Adaptive structures have the ability to adapt, evolve or change their properties or behaviour in response to the environment around them. The analysis and design of adaptive structures requires a highly multi-disciplinary approach which includes elements of structures, materials, dynamics, control, design and inspiration taken from biological systems. Development of adaptive structures has been taking place in a wide range of industrial applications, but is particularly advanced in the aerospace and space technology sector with morphing wings, deployable space structures; piezoelectric devices and vibration control of tall buildings. Bringing together some of the foremost world experts in adaptive structures, this unique text:* includes discussions of the application of adaptive structures in the aerospace, military, civil engineering structures, automotive and MEMS.* presents the impact of biological inspiration in designing adaptive structures, particularly the use of hierarchy in nature, which typically induces multi-functional behavior.* sets the agenda for future research in adaptive structures in one distinctive single volume.
Adaptive Structures: Engineering Applications is essential reading for engineers and scientists working in the fields of intelligent materials, structural vibration, control and related smart technologies. It will also be of interest to senior undergraduate and postgraduate research students as well as design engineers working in the aerospace, mechanical, electrical and civil engineering sectors.
The Editors are from the Departments of Aerospace and Mechanical Engineering at the University of Bristol. Friswell is the Sir George White Professor of Aerospace Engineering and currently a Royal Society-Wolfson Research Merit Award Holder. Bond, Drinkwater, Wagg and Weaver are all currently EPSRC Advanced Research Fellows. The editors have significant publication records in areas related to adaptive structures, which can be viewed from here: http://www.men.bris.ac.uk/ and http://www.aer.bris.ac.uk/. They are all involved in a significant amount of funded research projects (see http://www.epsrc.ac.uk/) - for example the new Bristol Laboratories for Advanced Dynamic Engineering (BLADE) funded by a recent GBP15 million JIF award (GR/R51261/01) as well as numerous other research projects funded by the EPRSC and industry. Inman is the George R. Goodson Professor of Mechanical Engineering, and Director of the Center for Intelligent Material Systems and Structures at Virginia Tech, USA. He is also the Benjamin Meaker Visiting Professor at Bristol.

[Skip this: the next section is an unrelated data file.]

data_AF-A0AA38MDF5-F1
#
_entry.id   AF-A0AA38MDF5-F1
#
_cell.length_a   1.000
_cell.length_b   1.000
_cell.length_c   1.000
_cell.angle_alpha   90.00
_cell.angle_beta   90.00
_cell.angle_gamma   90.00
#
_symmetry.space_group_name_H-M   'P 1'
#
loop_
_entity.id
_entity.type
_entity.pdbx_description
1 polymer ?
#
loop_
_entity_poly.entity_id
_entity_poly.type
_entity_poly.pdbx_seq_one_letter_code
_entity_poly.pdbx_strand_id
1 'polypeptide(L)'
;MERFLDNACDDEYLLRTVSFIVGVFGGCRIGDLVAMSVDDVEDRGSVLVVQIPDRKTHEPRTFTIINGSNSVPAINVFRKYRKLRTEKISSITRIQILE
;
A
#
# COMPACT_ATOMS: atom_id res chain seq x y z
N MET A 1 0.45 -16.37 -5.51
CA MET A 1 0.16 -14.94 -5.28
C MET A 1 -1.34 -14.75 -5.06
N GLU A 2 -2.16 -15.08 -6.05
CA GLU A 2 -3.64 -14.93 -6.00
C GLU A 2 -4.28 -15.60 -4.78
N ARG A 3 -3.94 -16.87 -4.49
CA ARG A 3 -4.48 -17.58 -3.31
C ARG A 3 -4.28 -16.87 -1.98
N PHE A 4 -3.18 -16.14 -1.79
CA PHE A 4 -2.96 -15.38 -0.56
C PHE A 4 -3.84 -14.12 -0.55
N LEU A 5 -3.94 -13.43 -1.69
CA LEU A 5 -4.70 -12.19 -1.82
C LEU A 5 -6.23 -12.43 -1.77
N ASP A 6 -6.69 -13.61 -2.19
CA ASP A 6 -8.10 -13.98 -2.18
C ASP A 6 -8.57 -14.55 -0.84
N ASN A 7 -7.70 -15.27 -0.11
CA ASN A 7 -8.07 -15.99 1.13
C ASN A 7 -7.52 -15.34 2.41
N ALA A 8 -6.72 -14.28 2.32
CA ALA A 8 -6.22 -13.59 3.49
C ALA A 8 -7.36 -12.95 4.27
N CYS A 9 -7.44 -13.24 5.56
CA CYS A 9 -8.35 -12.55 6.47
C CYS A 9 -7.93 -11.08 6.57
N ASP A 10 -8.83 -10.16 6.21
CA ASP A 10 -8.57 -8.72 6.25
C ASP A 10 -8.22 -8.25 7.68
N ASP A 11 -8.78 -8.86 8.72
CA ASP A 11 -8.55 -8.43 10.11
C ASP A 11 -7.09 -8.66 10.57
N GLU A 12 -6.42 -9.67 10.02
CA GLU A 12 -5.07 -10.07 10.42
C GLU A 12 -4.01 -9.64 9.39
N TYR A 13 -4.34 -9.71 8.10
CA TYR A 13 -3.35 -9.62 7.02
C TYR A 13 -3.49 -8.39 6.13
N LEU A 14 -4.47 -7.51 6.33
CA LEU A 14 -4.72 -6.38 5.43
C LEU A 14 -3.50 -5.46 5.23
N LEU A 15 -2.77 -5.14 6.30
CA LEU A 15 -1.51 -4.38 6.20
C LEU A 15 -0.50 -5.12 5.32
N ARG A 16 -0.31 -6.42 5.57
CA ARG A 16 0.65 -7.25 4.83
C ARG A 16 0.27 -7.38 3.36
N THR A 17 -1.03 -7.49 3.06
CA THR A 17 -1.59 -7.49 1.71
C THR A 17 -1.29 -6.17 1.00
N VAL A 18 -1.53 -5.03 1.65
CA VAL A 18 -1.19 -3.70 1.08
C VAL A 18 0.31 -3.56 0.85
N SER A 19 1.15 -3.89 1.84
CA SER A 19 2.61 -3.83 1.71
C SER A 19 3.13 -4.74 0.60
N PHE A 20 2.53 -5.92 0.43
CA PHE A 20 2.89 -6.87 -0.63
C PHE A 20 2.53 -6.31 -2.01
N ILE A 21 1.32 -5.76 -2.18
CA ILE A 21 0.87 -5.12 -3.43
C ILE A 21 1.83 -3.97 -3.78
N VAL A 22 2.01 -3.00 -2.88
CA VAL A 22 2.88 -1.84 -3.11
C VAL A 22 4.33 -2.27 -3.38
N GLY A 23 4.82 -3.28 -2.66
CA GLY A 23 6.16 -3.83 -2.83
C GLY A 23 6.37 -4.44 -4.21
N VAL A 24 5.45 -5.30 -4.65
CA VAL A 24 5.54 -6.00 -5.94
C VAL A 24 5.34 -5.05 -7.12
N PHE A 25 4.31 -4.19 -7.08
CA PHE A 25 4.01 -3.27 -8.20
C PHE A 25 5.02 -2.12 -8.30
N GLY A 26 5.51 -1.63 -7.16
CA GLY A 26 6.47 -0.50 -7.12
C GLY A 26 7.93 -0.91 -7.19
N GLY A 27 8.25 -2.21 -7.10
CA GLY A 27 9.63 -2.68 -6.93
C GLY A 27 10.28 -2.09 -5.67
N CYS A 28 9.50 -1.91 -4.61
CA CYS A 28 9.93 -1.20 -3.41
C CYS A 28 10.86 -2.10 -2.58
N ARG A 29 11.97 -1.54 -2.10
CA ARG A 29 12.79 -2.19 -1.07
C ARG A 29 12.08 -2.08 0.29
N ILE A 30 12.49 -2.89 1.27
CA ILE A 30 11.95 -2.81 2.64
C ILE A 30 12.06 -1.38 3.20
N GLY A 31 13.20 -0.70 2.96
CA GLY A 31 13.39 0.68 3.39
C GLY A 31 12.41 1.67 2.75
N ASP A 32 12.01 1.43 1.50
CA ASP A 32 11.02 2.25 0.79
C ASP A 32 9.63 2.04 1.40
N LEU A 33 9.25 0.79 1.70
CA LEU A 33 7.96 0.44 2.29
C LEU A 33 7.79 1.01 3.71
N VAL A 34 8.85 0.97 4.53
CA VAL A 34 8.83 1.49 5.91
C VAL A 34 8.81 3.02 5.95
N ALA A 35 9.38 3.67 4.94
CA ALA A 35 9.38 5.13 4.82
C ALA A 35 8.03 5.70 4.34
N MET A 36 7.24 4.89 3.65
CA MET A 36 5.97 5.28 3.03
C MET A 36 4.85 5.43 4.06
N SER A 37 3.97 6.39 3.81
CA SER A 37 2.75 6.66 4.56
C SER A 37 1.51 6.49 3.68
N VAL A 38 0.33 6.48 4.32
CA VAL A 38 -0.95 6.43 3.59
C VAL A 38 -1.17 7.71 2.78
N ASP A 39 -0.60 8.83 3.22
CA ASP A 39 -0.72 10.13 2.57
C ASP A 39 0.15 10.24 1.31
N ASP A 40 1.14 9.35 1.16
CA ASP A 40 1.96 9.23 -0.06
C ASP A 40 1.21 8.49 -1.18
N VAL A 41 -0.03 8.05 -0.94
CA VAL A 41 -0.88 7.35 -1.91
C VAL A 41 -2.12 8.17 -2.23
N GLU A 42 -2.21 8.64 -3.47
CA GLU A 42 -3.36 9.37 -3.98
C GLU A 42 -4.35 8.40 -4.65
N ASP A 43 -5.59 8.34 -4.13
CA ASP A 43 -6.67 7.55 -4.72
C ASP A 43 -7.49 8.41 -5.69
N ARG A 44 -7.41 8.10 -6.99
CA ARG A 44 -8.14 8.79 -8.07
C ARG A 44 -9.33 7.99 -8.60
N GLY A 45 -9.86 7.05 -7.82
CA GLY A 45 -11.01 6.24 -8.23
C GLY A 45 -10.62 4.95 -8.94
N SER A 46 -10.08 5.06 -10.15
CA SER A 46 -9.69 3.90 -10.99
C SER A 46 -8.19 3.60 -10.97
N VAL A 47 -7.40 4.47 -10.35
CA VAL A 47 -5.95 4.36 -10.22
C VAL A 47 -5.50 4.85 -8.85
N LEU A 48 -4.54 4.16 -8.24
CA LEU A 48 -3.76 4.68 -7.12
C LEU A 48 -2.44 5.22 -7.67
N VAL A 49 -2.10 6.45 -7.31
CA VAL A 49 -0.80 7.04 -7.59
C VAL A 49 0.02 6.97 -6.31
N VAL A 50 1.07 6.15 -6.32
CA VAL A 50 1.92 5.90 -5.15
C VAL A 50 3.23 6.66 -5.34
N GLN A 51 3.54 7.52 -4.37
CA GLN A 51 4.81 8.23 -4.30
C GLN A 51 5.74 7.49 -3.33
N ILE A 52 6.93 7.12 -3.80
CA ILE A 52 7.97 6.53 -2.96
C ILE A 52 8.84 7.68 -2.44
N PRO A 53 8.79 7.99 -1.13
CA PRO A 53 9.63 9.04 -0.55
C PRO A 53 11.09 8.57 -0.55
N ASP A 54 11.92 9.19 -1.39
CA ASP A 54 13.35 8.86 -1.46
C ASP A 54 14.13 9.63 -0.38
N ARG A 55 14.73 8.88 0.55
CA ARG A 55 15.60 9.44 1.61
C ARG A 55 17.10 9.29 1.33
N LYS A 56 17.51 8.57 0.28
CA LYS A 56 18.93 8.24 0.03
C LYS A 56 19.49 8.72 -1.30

List of Contributors. Preface. 1 Adaptive Structures for Structural Health Monitoring (Daniel J. Inman and Benjamin L. Grisso). 1.1 Introduction. 1.2 Structural Health Monitoring. 1.3 Impedance-Based Health Monitoring. 1.4 Local Computing. 1.5 Power Analysis. 1.6 Experimental Validation. 1.7 Harvesting, Storage and Power Management. 1.8 Autonomous Self-healing. 1.9 The Way Forward: Autonomic Structural Systems for Threat Mitigation. 1.10 Summary. Acknowledgements. References. 2 Distributed Sensing for Active Control (Suk-Min Moon, Leslie P. Fowler and Robert L. Clark). 2.1 Introduction. 2.2 Description of Experimental Test Bed. 2.3 Disturbance Estimation. 2.4 Sensor Selection. 2.5 Conclusions. Acknowledgments. References. 3 Global Vibration Control Through Local Feedback (Stephen J. Elliott). 3.1 Introduction. 3.2 Centralised Control of Vibration. 3.3 Decentralised Control of Vibration. 3.4 Control of Vibration on Structures with Distributed Excitation. 3.5 Local Control in the Inner Ear. 3.6 Conclusions. Acknowledgements. References. 4 Lightweight Shape-Adaptable Airfoils: A New Challenge for an Old Dream (L.F. Campanile). 4.1 Introduction. 4.2 Otto Lilienthal and the Flying Machine as a Shape-Adaptable Structural System. 4.3 Sir George Cayley and the Task Separation Principle. 4.4 Being Lightweight: A Crucial Requirement. 4.5 Coupling Mechanism and Structure: Compliant Systems as the Basis of Lightweight Shape-Adaptable Systems. 4.6 Extending Coupling to the Actuator System: Compliant Active Systems. 4.7 A Powerful Distributed Actuator: Aerodynamics. 4.8 The Common Denominator: Mechanical Coupling. 4.9 Concluding Remarks. Acknowledgements. References. 5 Adaptive Aeroelastic Structures (Jonathan E. Cooper). 5.1 Introduction. 5.2 Adaptive Internal Structures. 5.3 Adaptive Stiffness Attachments. 5.4 Conclusions. 5.5 The Way Forward. Acknowledgements. References. 6 Adaptive Aerospace Structures with Smart Technologies - A Retrospective and Future View (Christian Boller). 6.1 Introduction. 6.2 The Past Two Decades. 6.3 Added Value to the System. 6.4 Potential for the Future. 6.5 A Reflective Summary with Conclusions. References. 7 A Summary of Several Studies with Unsymmetric Laminates (Michael W. Hyer, Marie-Laure Dano, Marc R. Schultz, Sontipee Aimmanee and Adel B. Jilani). 7.1 Introduction and Background. 7.2 Room-Temperature Shapes of Square [02/902]T Cross-Ply Laminates. 7.3 Room-Temperature Shapes of More General Unsymmetric Laminates. 7.4 Moments Required to Change Shapes of Unsymmetric Laminates. 7.5 Use of Shape Memory Alloy for Actuation. 7.6 Use of Piezoceramic Actuation. 7.7 Consideration of Small Piezoceramic Actuators. 7.8 Conclusions. References. 8 Negative Stiffness and Negative Poisson's Ratio in Materials which Undergo a Phase Transformation (T.M. Jaglinski and R.S. Lakes). 8.1 Introduction. 8.2 Experimental Methods. 8.3 Composites. 8.4 Polycrystals. 8.5 Discussion. References. 9 Recent Advances in Self-Healing Materials Systems (M.W. Keller, B.J. Blaiszik, S.R. White and N.R. Sottos). 9.1 Introduction. 9.2 Faster Healing Systems - Fatigue Loading. 9.3 Smaller Size Scales. 9.4 Alternative Materials Systems - Elastomers. 9.5 Microvascular Autonomic Composites. 9.6 Conclusions. References. 10 Adaptive Structures - Some Biological Paradigms (Julian F.V. Vincent). 10.1 Introduction. 10.2 Deployment. 10.3 Turgor-Driven Mechanisms. 10.4 Dead Plant Tissues. 10.5 Morphing and Adapting in Animals. 10.6 Sensing in Arthropods - Campaniform and Slit Sensilla. 10.7 Developing an Interface Between Biology and Engineering. 10.8 Envoi. Acknowledgements. References. Index.